Risk Factors Scoring System as Predictor Model in Obstetric Anal Sphincter Injury
IUGA Academy. Mochtar A. Jun 30, 2018; 212916; 414 Topic: Anal Incont - Fecal Urgency
Mr. Arufiadi Anityo Mochtar
Mr. Arufiadi Anityo Mochtar

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414

Risk factors scoring system as predictor model in obstetric anal sphincter injury

Mochtar, AA1; Hakim, S1; Priyatini, T1; Erwinanto, E1

1: IUGA

Introduction: Anal sphincter injury is one of the most common complications found after vaginal birth. About 85% women had perineal tear after vaginal birth and 0.6-36% women had anal sphincter injury caused by labor. Various risks of anal sphincter injury has been identified, such as parity, maternal body mass index (BMI), length of perineum body, estimated fetal weight, fetal head circumference, shoulder dystocia, prolonged expulsive phase, posterior occiput persistent, and assisted delivery using instruments. All of those factors can be rated in antepartum or during labor period. Antepartum risk factors must be known to establish a prediction for anal sphincter injury. Such risk factors are parity, maternal BMI, length of perineum body, estimated fetal weight and fetal head circumference (by ultrasound sonography). However, until now, there is no scoring system using combination of maternal and antenatal fetal biometry to predict obstetric anal sphincter injury.

Objective: To obtain a scoring system from several antenatal risk factors that can be used to predict obstetric anal sphincter injury based on risk factors analysis, such as parity, maternal BMI, length of perineum body, estimated fetal weight and estimated fetal head circumference with obstetric anal sphincter injury cases.

Method: This is a prospective cohort study, analyzing risk factors, such as parity, maternal BMI, length of perineum body, estimated fetal weight, and fetal head circumference as a predictor model of obstetric anal sphincter injury cases.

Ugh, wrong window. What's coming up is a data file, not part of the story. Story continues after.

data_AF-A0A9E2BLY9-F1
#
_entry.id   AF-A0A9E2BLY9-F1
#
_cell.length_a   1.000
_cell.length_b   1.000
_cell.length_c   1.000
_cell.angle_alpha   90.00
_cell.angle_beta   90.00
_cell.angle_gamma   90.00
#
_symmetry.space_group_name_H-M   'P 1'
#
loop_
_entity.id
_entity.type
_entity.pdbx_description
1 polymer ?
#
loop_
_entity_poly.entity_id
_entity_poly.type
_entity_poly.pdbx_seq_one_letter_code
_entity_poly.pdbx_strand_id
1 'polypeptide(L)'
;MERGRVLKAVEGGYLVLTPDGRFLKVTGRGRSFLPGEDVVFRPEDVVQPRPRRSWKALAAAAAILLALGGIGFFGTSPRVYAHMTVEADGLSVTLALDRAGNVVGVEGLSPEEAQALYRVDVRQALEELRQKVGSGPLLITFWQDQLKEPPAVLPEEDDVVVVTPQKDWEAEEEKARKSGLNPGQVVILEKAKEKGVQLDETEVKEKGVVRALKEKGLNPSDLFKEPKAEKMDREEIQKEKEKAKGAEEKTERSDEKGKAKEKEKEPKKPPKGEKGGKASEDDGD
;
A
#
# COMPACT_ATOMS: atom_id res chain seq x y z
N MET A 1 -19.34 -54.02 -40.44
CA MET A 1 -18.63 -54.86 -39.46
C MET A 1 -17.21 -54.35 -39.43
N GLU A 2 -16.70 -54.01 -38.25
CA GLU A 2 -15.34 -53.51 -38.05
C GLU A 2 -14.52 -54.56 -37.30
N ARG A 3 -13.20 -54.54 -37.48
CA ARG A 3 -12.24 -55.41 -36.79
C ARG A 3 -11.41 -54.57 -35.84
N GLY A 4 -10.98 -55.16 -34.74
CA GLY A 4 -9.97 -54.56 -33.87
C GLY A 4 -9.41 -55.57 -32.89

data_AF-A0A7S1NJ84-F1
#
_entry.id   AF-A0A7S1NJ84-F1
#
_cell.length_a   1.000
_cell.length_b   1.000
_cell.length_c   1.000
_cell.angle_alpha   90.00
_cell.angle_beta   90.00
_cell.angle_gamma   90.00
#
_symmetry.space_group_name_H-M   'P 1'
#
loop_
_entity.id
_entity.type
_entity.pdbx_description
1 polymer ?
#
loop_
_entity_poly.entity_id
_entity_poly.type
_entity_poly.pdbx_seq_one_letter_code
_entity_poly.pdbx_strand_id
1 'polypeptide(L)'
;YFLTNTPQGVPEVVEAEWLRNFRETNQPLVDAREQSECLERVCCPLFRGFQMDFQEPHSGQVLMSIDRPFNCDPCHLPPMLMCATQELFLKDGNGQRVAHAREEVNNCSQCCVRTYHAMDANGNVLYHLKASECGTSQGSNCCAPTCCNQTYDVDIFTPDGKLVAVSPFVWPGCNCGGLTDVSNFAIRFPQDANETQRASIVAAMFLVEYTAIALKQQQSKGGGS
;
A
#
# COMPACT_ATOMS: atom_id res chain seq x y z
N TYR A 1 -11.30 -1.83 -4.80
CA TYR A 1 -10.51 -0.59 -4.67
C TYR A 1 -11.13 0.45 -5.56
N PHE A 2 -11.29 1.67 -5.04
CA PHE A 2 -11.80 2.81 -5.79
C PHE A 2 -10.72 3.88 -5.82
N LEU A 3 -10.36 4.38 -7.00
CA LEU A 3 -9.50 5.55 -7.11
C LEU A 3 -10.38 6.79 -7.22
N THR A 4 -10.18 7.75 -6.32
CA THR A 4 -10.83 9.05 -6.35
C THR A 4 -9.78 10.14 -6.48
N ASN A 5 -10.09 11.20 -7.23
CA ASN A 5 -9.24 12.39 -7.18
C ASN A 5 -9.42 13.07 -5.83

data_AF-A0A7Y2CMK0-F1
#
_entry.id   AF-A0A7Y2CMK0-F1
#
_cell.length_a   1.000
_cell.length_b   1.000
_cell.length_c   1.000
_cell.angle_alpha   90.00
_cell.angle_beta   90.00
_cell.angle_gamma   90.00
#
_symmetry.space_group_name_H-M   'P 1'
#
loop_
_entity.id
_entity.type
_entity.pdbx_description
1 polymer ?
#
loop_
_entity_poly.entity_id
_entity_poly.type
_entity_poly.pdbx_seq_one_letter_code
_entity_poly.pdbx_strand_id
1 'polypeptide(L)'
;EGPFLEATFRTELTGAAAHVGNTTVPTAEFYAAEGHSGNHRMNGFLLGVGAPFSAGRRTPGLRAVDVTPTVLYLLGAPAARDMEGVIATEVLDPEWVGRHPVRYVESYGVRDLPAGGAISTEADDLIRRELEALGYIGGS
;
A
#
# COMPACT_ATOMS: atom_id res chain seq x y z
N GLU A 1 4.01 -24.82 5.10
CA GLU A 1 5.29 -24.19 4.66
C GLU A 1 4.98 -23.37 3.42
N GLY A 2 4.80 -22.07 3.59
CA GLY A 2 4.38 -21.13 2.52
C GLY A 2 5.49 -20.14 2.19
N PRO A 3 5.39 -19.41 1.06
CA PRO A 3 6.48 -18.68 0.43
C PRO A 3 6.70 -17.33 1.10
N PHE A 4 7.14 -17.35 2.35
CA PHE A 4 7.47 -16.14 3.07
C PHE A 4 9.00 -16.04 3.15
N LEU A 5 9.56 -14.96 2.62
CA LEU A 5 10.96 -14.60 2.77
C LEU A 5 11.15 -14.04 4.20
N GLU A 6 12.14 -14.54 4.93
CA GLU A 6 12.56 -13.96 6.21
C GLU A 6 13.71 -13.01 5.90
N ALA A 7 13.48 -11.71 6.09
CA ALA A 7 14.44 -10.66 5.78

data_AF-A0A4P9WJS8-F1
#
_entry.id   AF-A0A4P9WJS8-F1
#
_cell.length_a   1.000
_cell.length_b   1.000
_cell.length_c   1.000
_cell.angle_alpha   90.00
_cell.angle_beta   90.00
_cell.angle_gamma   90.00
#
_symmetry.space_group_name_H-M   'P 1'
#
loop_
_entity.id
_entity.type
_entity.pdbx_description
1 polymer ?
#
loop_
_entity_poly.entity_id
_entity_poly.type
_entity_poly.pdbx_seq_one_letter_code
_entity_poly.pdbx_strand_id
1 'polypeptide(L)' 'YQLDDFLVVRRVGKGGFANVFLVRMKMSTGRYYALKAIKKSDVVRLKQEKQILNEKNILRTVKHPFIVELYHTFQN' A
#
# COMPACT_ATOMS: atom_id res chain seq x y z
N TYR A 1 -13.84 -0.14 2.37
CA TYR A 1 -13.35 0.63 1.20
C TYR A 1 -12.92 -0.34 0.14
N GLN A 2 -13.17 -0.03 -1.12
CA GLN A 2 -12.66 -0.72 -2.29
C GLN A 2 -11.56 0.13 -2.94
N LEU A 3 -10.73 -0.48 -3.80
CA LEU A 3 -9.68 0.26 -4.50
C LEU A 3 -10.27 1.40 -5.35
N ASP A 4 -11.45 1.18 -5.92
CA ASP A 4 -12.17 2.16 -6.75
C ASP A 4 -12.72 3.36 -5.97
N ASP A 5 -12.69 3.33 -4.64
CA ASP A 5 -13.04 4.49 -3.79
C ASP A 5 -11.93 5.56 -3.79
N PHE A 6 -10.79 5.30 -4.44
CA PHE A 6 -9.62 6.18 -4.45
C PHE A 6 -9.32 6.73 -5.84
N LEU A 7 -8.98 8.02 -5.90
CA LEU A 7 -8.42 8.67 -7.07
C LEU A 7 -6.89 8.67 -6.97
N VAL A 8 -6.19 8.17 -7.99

Result: A total of 284 patients consistent with the inclusion and exclusion criteria were recruited from February until June 2016. From the population, 53 subjects did not have laceration and 231 subjects had perineum laceration. From all of the subjects whom had perineum laceration, 200 subjects had first and second-degree perineal lacerations, 31 subjects (10.9%) had third and fourth-degree perineal lacerations (obstetric anal sphincter injuries). From 31 subjects who had obstetric anal sphincter injuries, 28 subjects (9.9%) had third-degree perineal lacerations and 3 subjects (1.1%) had fourth-degree perineal lacerations. All risk factors of obstetric anal sphincter injuries were analyzed using multivariate logistic regression analysis. In this study, risk factors which contributed to third and fourth-degree perineal lacerations are nulliparous women (OR 2.60, 95% CI 1.18-5.75), fetal weight ≥ 3500 grams (27.5%), length of perineum body ≤ 2.5 cm (OR 7.83), and fetal head circumference ≥ 33,5 cm (OR 5.00). Maternal BMI did not showed any significance differences with third and fourth-degree perineal lacerations (p = 0.85). Then, multivariate analysis results were made into the scoring system and its probability number, thus each score obtained for each variable was 1. Score 1 showed that probability of anal sphincter injury to be occurred is 7.6%, score 2 is 31.3%, score 3 is 71.5%, and score 4 is 93.2%.

Conclusions: In this study, risk factors variables can be used as a prognostic predictor of obstetric anal sphincter injury, using four variables: parity, length of perineum body, estimated fetal weight, and estimated fetal head circumference.

Disclosure:

Work supported by industry: no.

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